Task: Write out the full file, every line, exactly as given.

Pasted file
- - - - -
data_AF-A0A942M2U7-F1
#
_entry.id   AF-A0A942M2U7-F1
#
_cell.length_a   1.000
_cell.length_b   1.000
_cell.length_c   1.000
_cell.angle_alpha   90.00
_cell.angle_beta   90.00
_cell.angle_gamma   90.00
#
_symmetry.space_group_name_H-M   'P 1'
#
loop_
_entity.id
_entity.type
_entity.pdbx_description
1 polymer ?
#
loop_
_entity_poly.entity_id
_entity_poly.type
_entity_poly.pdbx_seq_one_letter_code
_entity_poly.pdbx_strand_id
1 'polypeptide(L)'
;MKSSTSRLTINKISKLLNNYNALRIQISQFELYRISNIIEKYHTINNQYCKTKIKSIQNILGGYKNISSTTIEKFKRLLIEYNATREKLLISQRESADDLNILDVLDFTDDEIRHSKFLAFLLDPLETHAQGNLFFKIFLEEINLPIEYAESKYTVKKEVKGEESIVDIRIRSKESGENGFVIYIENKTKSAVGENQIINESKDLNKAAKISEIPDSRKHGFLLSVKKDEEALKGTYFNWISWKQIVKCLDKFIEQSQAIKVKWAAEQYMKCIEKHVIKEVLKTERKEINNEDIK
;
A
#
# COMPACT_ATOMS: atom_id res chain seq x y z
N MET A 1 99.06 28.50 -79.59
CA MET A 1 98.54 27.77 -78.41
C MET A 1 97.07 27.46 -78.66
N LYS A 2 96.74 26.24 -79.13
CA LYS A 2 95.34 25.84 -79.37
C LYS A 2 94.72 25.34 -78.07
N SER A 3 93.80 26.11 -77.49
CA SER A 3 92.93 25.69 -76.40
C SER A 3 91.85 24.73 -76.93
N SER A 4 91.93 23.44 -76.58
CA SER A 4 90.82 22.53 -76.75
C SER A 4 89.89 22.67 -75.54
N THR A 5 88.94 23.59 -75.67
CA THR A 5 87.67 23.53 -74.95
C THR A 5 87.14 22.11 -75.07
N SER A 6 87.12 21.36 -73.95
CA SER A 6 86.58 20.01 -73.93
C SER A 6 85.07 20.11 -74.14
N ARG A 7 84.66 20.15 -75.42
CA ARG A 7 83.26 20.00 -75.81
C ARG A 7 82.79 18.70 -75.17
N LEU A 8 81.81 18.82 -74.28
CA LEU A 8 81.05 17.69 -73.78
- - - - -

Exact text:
data_AF-A0A942M2U7-F1
#
_entry.id   AF-A0A942M2U7-F1
#
_cell.length_a   1.000
_cell.length_b   1.000
_cell.length_c   1.000
_cell.angle_alpha   90.00
_cell.angle_beta   90.00
_cell.angle_gamma   90.00
#
_symmetry.space_group_name_H-M   'P 1'
#
loop_
_entity.id
_entity.type
_entity.pdbx_description
1 polymer ?
#
loop_
_entity_poly.entity_id
_entity_poly.type
_entity_poly.pdbx_seq_one_letter_code
_entity_poly.pdbx_strand_id
1 'polypeptide(L)'
;MKSSTSRLTINKISKLLNNYNALRIQISQFELYRISNIIEKYHTINNQYCKTKIKSIQNILGGYKNISSTTIEKFKRLLIEYNATREKLLISQRESADDLNILDVLDFTDDEIRHSKFLAFLLDPLETHAQGNLFFKIFLEEINLPIEYAESKYTVKKEVKGEESIVDIRIRSKESGENGFVIYIENKTKSAVGENQIINESKDLNKAAKISEIPDSRKHGFLLSVKKDEEALKGTYFNWISWKQIVKCLDKFIEQSQAIKVKWAAEQYMKCIEKHVIKEVLKTERKEINNEDIK
;
A
#
# COMPACT_ATOMS: atom_id res chain seq x y z
N MET A 1 99.06 28.50 -79.59
CA MET A 1 98.54 27.77 -78.41
C MET A 1 97.07 27.46 -78.66
N LYS A 2 96.74 26.24 -79.13
CA LYS A 2 95.34 25.84 -79.37
C LYS A 2 94.72 25.34 -78.07
N SER A 3 93.80 26.11 -77.49
CA SER A 3 92.93 25.69 -76.40
C SER A 3 91.85 24.73 -76.93
N SER A 4 91.93 23.44 -76.58
CA SER A 4 90.82 22.53 -76.75
C SER A 4 89.89 22.67 -75.54
N THR A 5 88.94 23.59 -75.67
CA THR A 5 87.67 23.53 -74.95
C THR A 5 87.14 22.11 -75.07
N SER A 6 87.12 21.36 -73.95
CA SER A 6 86.58 20.01 -73.93
C SER A 6 85.07 20.11 -74.14
N ARG A 7 84.66 20.15 -75.42
CA ARG A 7 83.26 20.00 -75.81
C ARG A 7 82.79 18.70 -75.17
N LEU A 8 81.81 18.82 -74.28
CA LEU A 8 81.05 17.69 -73.78